Nilda (by Nicholasa Mohr): A powerful coming-of-age young adult novel of a poor New York-born Puerto Rican girl, Nilda, hitting her adolescence during World War 2. It is a tale of love, pain, fear, discrimination, poverty, abuse, narrow-minded immigrants, relationship problems, puberty, low-level depression, and desire for upward mobility — yet none of it told in the sensational or overly dramatic way of so many young adult books. It’s simple, to the point, and discreet, and reminds me of that statement some famous movie director said, I believe, about Alfred Hitchcock, which I will paraphrase: “He showed us more with a closed door than most directors do with an open zipper.” P.S. I would also recommend Nicholasa Mohr’s “El Bronx Remembered” — another great book!
Breaking From Your Parents (by Daniel Mackler): Although it feels a bit weird to put a book of my own in here, I felt this book of mine is unique enough to warrant some of my own positive feedback. I would have loved this book when I was younger and striving to become independent from my confusing, often boundariless, and at times traumatizing family of origin, but since it didn’t exist, and there were no books I found that even remotely satisfied what I was seeking, I wrote it myself, and I think it serves its purpose.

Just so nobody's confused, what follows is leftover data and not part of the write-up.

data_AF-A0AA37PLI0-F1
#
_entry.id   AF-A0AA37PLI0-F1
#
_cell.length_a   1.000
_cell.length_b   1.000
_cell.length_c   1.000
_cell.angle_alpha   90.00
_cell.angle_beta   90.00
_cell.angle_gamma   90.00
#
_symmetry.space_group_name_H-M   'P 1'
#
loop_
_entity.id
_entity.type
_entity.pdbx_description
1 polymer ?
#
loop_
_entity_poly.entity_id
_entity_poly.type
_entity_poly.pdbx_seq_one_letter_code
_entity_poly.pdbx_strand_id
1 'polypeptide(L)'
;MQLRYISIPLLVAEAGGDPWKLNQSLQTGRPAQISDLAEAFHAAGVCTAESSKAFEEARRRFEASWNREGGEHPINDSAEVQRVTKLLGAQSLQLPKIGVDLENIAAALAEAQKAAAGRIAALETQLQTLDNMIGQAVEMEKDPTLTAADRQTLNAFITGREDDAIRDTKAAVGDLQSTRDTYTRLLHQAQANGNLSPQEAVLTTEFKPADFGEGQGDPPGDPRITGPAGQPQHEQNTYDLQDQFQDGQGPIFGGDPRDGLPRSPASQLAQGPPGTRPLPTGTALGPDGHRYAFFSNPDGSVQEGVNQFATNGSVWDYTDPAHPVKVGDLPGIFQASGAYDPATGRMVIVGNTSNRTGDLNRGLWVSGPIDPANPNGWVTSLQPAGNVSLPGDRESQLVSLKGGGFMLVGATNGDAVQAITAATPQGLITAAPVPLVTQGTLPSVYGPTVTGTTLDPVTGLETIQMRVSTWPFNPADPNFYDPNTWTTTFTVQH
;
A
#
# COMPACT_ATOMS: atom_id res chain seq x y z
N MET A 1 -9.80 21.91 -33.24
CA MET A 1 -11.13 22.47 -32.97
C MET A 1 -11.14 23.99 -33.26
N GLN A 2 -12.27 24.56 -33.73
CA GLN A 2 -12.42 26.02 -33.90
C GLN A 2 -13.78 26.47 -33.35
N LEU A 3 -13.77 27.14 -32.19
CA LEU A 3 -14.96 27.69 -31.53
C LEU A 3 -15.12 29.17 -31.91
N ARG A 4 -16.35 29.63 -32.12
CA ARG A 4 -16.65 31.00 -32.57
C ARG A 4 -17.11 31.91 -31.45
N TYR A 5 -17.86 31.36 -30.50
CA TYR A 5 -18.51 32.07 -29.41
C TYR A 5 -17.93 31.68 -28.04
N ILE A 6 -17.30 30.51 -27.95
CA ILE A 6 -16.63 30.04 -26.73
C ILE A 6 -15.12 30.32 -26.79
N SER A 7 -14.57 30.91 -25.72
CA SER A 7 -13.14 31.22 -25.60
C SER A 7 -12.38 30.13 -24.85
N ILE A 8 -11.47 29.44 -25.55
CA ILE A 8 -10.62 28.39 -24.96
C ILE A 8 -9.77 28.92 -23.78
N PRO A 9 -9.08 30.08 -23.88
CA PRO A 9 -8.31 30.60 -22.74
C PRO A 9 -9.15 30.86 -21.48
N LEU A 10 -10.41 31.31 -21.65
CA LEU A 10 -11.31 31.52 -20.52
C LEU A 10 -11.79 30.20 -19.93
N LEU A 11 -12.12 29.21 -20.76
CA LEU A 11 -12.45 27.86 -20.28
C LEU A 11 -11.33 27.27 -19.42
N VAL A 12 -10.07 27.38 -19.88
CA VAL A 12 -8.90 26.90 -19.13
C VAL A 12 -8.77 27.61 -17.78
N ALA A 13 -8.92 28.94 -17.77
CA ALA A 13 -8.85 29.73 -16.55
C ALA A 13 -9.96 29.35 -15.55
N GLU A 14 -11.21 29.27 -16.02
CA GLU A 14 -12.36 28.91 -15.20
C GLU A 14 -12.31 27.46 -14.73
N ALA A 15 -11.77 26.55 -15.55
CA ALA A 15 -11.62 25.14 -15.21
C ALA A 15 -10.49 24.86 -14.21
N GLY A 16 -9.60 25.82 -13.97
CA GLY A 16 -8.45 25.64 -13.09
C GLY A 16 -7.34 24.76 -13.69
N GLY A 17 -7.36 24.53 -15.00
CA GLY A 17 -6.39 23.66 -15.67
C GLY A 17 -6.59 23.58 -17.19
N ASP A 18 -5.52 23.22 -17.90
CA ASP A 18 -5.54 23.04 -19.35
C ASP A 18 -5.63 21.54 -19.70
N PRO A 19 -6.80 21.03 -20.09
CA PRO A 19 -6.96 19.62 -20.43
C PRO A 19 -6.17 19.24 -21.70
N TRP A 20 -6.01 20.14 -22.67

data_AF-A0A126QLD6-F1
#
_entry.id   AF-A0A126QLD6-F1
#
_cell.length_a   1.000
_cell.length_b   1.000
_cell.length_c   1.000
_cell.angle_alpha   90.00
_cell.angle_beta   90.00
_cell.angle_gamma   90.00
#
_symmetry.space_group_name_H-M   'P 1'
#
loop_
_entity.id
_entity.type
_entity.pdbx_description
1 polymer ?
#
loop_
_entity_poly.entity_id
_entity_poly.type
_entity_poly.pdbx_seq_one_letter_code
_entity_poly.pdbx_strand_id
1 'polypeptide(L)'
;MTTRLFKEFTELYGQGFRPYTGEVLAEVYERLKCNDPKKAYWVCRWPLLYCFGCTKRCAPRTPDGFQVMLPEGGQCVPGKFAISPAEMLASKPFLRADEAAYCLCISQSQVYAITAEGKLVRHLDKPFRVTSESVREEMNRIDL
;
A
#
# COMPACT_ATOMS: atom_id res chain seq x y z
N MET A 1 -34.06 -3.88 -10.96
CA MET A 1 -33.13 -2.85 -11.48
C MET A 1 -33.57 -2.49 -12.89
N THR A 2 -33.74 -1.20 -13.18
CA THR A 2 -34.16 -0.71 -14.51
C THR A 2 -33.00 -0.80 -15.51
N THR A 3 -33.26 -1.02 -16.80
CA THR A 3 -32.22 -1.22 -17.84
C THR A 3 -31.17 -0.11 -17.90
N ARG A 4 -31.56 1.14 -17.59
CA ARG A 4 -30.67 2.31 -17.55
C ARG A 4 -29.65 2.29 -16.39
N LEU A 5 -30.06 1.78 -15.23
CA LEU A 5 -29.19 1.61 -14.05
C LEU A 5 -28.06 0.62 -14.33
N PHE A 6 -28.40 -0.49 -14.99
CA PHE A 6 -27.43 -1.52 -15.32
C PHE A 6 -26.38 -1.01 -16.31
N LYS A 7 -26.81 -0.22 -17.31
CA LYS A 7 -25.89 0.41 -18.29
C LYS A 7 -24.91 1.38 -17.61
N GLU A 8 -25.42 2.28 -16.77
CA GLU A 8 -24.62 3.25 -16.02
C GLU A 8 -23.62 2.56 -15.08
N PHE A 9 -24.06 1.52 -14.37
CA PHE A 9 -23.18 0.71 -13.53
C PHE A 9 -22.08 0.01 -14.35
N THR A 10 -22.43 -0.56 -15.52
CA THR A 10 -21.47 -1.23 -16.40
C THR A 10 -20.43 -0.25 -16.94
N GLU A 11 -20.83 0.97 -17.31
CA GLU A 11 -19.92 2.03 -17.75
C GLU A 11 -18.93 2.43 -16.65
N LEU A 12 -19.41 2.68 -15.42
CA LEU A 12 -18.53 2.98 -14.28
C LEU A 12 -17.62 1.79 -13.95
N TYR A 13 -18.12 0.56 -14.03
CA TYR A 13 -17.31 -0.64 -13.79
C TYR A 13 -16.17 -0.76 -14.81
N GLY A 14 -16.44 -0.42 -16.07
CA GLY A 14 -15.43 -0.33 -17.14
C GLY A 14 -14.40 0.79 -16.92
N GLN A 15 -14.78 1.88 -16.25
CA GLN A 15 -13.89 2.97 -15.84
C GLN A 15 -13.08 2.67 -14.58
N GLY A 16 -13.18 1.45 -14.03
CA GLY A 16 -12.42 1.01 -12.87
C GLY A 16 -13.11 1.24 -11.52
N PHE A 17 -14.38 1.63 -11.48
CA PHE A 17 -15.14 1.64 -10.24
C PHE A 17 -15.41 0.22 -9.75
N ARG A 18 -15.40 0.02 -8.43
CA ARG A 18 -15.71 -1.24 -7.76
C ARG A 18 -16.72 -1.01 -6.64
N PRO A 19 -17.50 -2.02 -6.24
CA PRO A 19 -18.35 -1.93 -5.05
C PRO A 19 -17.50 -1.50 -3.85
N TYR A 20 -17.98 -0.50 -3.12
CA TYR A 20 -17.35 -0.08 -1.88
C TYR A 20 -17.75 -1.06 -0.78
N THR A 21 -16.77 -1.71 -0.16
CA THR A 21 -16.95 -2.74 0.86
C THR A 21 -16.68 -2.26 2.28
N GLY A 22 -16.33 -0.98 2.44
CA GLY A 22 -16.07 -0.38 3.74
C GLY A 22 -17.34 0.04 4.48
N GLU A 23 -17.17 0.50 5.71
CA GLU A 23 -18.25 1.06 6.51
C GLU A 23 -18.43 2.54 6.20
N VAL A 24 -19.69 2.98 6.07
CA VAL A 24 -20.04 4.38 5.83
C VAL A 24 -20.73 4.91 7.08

From Trauma to Enlightenment (by Daniel Mackler and Frederick Timm): I put in one more book of mine, this one co-written with my friend and fellow therapist, Frederick Timm. This guide to self-therapy — presented in 12 steps — follows the path of self-healing that both Frederick and I have taken, and are still taking. I put this book on this list because I feel it is succinct, powerful, and unique — and accurate. There are also strong sections on tools for self-therapy and other methods for self-help.
My Life (by Leon Trotsky): Love or hate Communism, Bolshevism, and the Soviet Union (my feelings happen to lean toward the negatives), this is one of the most gripping and unusual autobiographies I have ever read. Leon Trotsky is an intellectual, world traveler, army general, political leader, brilliant speaker, social commentator, social theorist, polyglot, prolific writer, and 20th century icon, and his book about his life (minus the last 11 years) is unforgettable.
The Diary of a Young Girl (by Anne Frank): I consider this book, written by a teenage Dutch Jewish girl trapped with her family in an attic in Amsterdam during World War Two, to be one of the finest books ever — and one of my favorites. It’s a story of adversity against enormous odds, conflict in the family system, love and beauty, frustration, terror, and ultimately hope. If I ever were to write a book this powerful I would feel my life was complete!
A few other worthy books about mental health:
Toxic Psychiatry (by Peter Breggin).
Anatomy of an Epidemic (by Robert Whitaker).
And a few other great novels:
The Great Brain series (by John D. Fitzgerald).
The Little House on the Prairie series (by Laura Ingalls Wilder).
Tuck Everlasting (by Natalie Babbitt).